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Biomechanics, Exam 3

by: Caroline Pirtle

Biomechanics, Exam 3 HSS 387, biomechanics

Caroline Pirtle
U of L
GPA 3.5

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Exam 3 study guide
Exercise Physiology
Study Guide
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This 3 page Study Guide was uploaded by Caroline Pirtle on Monday April 18, 2016. The Study Guide belongs to HSS 387, biomechanics at University of Louisville taught by Werner in Spring 2016. Since its upload, it has received 9 views. For similar materials see Exercise Physiology in Exercise Biology at University of Louisville.


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Date Created: 04/18/16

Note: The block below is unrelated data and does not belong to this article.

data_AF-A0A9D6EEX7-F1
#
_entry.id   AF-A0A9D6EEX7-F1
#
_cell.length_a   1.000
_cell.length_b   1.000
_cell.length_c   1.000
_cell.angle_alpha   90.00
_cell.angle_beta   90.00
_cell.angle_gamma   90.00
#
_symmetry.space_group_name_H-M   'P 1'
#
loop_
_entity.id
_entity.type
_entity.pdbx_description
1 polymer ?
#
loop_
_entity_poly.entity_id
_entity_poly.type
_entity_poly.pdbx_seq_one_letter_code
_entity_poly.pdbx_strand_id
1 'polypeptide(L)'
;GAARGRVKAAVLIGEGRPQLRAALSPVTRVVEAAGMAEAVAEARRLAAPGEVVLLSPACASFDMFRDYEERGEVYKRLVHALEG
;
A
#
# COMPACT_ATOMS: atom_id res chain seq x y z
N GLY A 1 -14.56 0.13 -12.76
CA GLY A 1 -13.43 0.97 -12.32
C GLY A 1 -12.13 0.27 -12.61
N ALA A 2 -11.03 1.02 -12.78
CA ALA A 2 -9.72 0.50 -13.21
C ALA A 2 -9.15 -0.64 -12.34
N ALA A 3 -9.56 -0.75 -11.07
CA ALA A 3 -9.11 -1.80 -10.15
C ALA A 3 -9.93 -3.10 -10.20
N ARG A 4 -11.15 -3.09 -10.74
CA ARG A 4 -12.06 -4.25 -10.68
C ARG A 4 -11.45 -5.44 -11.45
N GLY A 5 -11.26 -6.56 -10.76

Exam 3 Wednesday, November 11, 2015 11:01 AM I. Hip (Acetabulofemoral joint) a. Bony landmarks for ORIGINS of flexors/extensors/abductors/adductors i. Flexors: anterior iliac crest, ASIS, AIIS ii. Extensors: Posterior iliac crest (glute max), ischial tuberosity (hamstrings) iii. Abductors: inferior to iliac crest iv. Adductors: pubis and its inferior ramus b Bones (sacrum, coccyx, ilium, ischium, pubis, femur) c Joint type of hip (ball and socket) d Pelvic and hip joint motions i. Planes/axes for these motions ii. Anterior/posterior/right and left lateral/right and left TRANSVERSE rotation iii. Flex/extend/adduct/abduct/internal and external rotation b PRIMARY agonists for each of the HIP motions i. Flex (iliopsoas and rectus femoris) ii. Extend (gluteus max and hamstrings) iii. Adduct (adductor anything) iv. Abductors (glut medius and minimus) II Knee (patellofemoral and tibiofemoral) a Bony landmarks and ligaments i. ACL and PCL, MCL and LCL ii. Medial femoral condyle, tibial tuberosity, head of fibula b Bones (femur, tibia, fibula, patella) i. KNOW THAT THE PATELLA IMPROVES MECHANICAL ADVANTAGE OF THE KNEE EXTENSORS ii. Fibula is strictly for attachment of the biceps femoris, not weight bearing b Joint type (hinge) c Knee motions and planes and axes i. Flex/extend/internal and external rotation WHEN FLEXED b ALL agonists for flexion/extension i. Flexion (Biceps femoris/semitendinosis/semimembranosis) ii. Extension (rectus femoris/3 vasti) II Ankle/foot (talocrural and subtalar) a Bony landmarks i. Medial and lateral malleoli as PULLEYS FOR INVERTORS/EVERTORS b Bones (tibia, fibula, talus, calcaneous, first metatarsal and phalange) c Joint types (hinge for talocrural, gliding for subtalar) d TALOCRURAL AND SUBTALAR motions i. Dorsi/plantar ii. Inversion/eversion iii. Supination/pronation** b Know about high ankle sprains and the tib/fib sprain that is likely with contact i. Syndesmotic interosseus membrane between tib/fib tears b Know that inversion sprains are more common than eversion sprains c Lower leg compartments and muscle actions i. Anterior compartment (dorsiflexors) 1. Tibialis anterior 2. Extensor hallucis longus ii Lateral compartments (evertors) 1. Peroneus longus 2. Peroneus brevis ii Superficial posteropr compartment (plantarflexors; achilles) 1. Gastrocnemius 2. Plantaris 3. Soleus ii Deep posterior compartment (plantarflexors) 1. Flexor hallucis longus 2. Tibilalis posterior b Remember the unique mature of the tibilis anterior and posterior i Antagonistis actions at the talocrural joint 1. Dorsi v planter ii Synergistic actions at the subtalar joint 1. Inversion for both II Application wise, know the squat a Down phase i Hip extensors (flexion) ii Knee extensors (flexion) iii Ankle plantarflexors (dorsiflexion) iv ALL CONTRACTING ECCENTRICALLY b Up phase i Hip extensors ii Knee extensors iii Ankle plantarflexors iv ALL CONTRACTING CONCENTRICALLY b Hip flexors do nothing but stabilize a joint in a squat


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